SUMMARY: Prostate cancer is the most common cancer in American men excluding skin cancer and 1 in 7 men will be diagnosed with prostate cancer during their lifetime. It is estimated that in the United States, about 220,800 new cases of prostate cancer will be diagnosed in 2015 and over 27,000 men will die of the disease. The major source of PSA (Prostate Specific Antigen) is the prostate gland and the PSA levels are therefore undetectable within 6 weeks after Radical Prostatectomy. Similarly, following Radiation Therapy, there is a gradual decline in PSA before reaching a post treatment nadir. A detectable PSA level after Radical Prostatectomy, or a rising PSA level following Radiation Therapy, is considered PSA failure or biochemical recurrence. The American Urological Association suggested that a PSA of 0.2 ng/mL or higher after Radical Prostatectomy, defines PSA failure or relapse. A PSA rise of 2 ng/ml or more above post Radiation Therapy nadir is considered PSA failure or relapse. Approximately 35% of the patients with prostate cancer will experience PSA only relapse within 10 years of their primary treatment and a third of these patients will develop documented metastatic disease within 8 years following PSA only relapse. The development and progression of prostate cancer is driven by androgens. Androgen Deprivation Therapy (ADT) has therefore been the cornerstone of treatment of advanced prostate cancer and is the first treatment intervention for hormone sensitive prostate cancer. The appropriate time (immediate versus delayed) to start Androgen Deprivation Therapy (ADT) in patients with prostate cancer with rising Prostate-Specific Antigen (PSA), as the only sign of relapse, has remained unclear. This has been partly due to lack of patient accruals and patient reluctance to be randomized, in these clinical trials.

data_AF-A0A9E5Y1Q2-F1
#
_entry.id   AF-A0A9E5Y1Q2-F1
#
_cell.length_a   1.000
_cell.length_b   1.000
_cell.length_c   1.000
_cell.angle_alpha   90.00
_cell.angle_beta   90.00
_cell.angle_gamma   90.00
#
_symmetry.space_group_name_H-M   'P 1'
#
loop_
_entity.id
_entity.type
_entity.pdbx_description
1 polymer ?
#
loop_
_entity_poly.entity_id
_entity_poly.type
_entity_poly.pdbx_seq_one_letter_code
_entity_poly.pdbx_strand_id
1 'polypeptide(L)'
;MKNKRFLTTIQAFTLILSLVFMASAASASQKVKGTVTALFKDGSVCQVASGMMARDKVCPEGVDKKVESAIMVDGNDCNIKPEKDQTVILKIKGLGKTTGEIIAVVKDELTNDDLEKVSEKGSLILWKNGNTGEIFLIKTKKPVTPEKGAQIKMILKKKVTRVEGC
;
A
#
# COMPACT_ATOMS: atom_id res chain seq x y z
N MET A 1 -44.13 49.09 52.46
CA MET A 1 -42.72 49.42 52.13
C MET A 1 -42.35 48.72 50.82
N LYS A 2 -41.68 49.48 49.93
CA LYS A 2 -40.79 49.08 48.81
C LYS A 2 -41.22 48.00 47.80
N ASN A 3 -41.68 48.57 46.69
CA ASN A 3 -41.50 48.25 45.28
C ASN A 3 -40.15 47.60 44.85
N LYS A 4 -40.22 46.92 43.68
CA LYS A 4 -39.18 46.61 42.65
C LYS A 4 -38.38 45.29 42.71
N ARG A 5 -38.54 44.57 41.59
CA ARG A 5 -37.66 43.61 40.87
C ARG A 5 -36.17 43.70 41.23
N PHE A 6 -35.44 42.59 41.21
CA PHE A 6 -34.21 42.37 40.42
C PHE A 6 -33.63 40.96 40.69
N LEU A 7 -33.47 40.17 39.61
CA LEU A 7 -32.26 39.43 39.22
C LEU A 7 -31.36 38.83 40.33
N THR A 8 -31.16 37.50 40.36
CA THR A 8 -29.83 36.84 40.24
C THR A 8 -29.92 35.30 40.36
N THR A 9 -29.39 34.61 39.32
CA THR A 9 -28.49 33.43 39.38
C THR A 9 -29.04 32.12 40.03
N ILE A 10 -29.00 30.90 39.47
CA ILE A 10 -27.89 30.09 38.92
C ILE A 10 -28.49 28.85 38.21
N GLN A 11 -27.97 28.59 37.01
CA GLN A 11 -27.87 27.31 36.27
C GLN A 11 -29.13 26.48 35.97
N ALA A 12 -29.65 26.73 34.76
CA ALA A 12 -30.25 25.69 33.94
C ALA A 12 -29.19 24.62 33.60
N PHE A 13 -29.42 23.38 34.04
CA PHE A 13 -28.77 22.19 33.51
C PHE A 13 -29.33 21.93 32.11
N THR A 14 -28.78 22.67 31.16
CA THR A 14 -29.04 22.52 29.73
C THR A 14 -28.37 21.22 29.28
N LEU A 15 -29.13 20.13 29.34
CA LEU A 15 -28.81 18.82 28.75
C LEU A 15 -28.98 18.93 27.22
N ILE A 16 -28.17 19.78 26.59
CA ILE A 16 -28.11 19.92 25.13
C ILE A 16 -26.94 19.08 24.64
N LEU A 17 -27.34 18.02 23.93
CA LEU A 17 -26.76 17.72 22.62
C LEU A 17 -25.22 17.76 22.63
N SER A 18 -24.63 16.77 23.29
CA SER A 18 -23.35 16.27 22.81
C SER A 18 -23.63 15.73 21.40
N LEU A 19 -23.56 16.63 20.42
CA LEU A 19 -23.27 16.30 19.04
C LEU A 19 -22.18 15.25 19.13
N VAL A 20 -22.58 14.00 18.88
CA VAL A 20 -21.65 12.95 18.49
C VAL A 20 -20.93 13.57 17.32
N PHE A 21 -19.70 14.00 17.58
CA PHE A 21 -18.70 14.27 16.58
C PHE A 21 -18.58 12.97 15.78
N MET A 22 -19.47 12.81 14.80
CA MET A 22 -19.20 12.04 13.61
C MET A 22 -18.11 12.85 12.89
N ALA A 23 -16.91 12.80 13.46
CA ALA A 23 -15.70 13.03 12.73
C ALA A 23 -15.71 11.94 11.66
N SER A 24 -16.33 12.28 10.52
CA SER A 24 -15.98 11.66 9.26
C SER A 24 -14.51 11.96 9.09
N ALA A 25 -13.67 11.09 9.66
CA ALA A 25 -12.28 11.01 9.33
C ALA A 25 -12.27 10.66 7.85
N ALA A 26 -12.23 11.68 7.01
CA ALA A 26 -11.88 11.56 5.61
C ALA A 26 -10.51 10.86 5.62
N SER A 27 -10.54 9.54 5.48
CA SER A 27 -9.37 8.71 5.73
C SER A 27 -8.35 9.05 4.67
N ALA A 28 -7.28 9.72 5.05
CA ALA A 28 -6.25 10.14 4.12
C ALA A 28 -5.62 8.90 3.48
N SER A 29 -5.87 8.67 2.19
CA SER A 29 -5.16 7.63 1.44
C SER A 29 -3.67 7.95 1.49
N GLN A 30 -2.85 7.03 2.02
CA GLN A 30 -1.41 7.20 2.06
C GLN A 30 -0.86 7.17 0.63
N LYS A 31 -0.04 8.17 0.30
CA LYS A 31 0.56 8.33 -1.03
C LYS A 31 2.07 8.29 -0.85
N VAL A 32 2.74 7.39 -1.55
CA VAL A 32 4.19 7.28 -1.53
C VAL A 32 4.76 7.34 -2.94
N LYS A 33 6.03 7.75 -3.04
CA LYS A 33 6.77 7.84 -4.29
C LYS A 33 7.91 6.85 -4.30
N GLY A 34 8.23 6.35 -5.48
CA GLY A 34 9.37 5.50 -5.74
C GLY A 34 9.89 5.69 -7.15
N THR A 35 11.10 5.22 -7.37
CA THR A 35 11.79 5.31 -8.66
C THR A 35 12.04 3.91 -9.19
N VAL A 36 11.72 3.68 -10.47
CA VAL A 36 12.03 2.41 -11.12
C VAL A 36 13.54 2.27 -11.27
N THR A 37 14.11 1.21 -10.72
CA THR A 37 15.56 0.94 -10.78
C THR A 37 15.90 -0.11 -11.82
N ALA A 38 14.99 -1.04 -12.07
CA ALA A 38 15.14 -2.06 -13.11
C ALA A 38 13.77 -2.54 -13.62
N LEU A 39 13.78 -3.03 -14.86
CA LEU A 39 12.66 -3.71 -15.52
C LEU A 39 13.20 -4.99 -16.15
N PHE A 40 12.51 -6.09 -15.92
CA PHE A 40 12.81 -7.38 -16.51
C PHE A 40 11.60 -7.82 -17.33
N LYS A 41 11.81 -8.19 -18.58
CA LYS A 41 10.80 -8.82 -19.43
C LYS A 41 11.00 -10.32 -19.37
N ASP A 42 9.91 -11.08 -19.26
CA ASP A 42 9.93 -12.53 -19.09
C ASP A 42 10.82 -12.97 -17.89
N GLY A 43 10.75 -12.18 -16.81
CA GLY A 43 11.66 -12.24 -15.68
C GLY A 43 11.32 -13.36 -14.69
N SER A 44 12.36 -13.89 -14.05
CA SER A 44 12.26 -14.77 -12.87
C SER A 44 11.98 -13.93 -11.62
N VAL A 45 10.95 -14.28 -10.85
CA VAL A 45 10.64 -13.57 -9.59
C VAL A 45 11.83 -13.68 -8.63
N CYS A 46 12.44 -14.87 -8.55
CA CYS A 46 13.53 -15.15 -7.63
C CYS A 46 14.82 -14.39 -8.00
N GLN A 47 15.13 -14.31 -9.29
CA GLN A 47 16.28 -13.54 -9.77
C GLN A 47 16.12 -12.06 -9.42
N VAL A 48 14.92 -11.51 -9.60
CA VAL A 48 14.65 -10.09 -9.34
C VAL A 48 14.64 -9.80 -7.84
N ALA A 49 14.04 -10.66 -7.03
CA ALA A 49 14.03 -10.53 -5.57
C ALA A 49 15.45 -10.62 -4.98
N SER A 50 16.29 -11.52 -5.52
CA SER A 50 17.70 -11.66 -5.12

The authors conducted this randomized, prospective, phase III trial, to determine if immediate intervention with Androgen Deprivation Therapy (ADT) would improve Overall Survival (OS), compared with delayed ADT, in prostate cancer patients with PSA relapse, following definitive therapy, or in asymptomatic men not suitable for definitive therapy at the time of diagnosis. This analysis combined prostate cancer patients with PSA relapse enrolled in two separate studies. Two hundred and ninety three (N=293) eligible patients were randomly assigned 1:1 to immediate Androgen Deprivation Therapy (N= 142) or delayed ADT (N=151). The primary endpoint was unadjusted Overall Survival. Secondary endpoints included cancer-specific survival and time to clinical progression. The median follow up was 5 years. There was a statistically significant improvement in the Overall Survival, with a 45% reduction in the risk for death, for those receiving immediate ADT compared with the delayed treatment group (HR=0.55; P=0.05). Further, with immediate ADT, there was a statistically significant delay in the time to first local progression (HR= 0.51; P=0.001) as well as time to first metastatic disease (HR=0.54; P=0.018). The authors concluded that immediate Androgen Deprivation Therapy significantly improved Overall Survival and time to clinical progression for prostate cancer patients with PSA relapse, after definitive therapy. This benefit however must be weighed against the risks associated with long term Androgen Deprivation Therapy. TROG 03.06 and VCOG PR 01-03: The “Timing Of Androgen Deprivation therapy in prostate cancer patients with a rising PSA (TOAD)” collaborative randomised phase III trial. Duchesne GM, Bassett J, D’Este C, et al. J Clin Oncol 33, 2015 (suppl; abstr 5007)